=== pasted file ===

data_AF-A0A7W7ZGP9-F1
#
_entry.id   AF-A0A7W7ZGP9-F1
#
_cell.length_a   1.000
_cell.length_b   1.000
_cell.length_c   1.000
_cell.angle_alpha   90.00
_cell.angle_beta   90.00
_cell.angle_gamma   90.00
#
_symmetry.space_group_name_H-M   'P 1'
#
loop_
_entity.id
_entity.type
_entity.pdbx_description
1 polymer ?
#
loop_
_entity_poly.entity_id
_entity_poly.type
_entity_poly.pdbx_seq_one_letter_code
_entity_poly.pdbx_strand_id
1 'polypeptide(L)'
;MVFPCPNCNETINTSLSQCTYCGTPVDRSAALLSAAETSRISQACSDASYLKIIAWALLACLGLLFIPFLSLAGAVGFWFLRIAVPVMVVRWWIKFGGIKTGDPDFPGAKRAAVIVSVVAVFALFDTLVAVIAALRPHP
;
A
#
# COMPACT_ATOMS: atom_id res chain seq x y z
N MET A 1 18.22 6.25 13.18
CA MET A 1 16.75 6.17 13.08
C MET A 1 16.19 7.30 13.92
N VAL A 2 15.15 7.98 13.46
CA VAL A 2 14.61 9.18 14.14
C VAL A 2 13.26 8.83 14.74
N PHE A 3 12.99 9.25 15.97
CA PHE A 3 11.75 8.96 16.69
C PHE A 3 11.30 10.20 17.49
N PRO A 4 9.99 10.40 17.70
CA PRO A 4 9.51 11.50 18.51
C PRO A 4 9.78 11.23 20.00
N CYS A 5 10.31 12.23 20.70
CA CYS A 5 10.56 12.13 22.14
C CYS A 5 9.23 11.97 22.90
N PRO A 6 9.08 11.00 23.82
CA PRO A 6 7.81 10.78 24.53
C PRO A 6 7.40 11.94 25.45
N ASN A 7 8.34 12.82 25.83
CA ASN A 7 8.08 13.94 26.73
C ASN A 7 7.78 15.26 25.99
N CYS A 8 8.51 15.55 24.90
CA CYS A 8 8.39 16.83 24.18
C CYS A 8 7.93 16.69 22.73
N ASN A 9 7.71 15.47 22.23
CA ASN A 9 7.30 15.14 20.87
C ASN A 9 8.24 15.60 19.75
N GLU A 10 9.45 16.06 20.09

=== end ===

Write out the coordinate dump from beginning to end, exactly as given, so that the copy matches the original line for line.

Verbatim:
data_AF-A0A7W7ZGP9-F1
#
_entry.id   AF-A0A7W7ZGP9-F1
#
_cell.length_a   1.000
_cell.length_b   1.000
_cell.length_c   1.000
_cell.angle_alpha   90.00
_cell.angle_beta   90.00
_cell.angle_gamma   90.00
#
_symmetry.space_group_name_H-M   'P 1'
#
loop_
_entity.id
_entity.type
_entity.pdbx_description
1 polymer ?
#
loop_
_entity_poly.entity_id
_entity_poly.type
_entity_poly.pdbx_seq_one_letter_code
_entity_poly.pdbx_strand_id
1 'polypeptide(L)'
;MVFPCPNCNETINTSLSQCTYCGTPVDRSAALLSAAETSRISQACSDASYLKIIAWALLACLGLLFIPFLSLAGAVGFWFLRIAVPVMVVRWWIKFGGIKTGDPDFPGAKRAAVIVSVVAVFALFDTLVAVIAALRPHP
;
A
#
# COMPACT_ATOMS: atom_id res chain seq x y z
N MET A 1 18.22 6.25 13.18
CA MET A 1 16.75 6.17 13.08
C MET A 1 16.19 7.30 13.92
N VAL A 2 15.15 7.98 13.46
CA VAL A 2 14.61 9.18 14.14
C VAL A 2 13.26 8.83 14.74
N PHE A 3 12.99 9.25 15.97
CA PHE A 3 11.75 8.96 16.69
C PHE A 3 11.30 10.20 17.49
N PRO A 4 9.99 10.40 17.70
CA PRO A 4 9.51 11.50 18.51
C PRO A 4 9.78 11.23 20.00
N CYS A 5 10.31 12.23 20.70
CA CYS A 5 10.56 12.13 22.14
C CYS A 5 9.23 11.97 22.90
N PRO A 6 9.08 11.00 23.82
CA PRO A 6 7.81 10.78 24.53
C PRO A 6 7.40 11.94 25.45
N ASN A 7 8.34 12.82 25.83
CA ASN A 7 8.08 13.94 26.73
C ASN A 7 7.78 15.26 25.99
N CYS A 8 8.51 15.55 24.90
CA CYS A 8 8.39 16.83 24.18
C CYS A 8 7.93 16.69 22.73
N ASN A 9 7.71 15.47 22.23
CA ASN A 9 7.30 15.14 20.87
C ASN A 9 8.24 15.60 19.75
N GLU A 10 9.45 16.06 20.09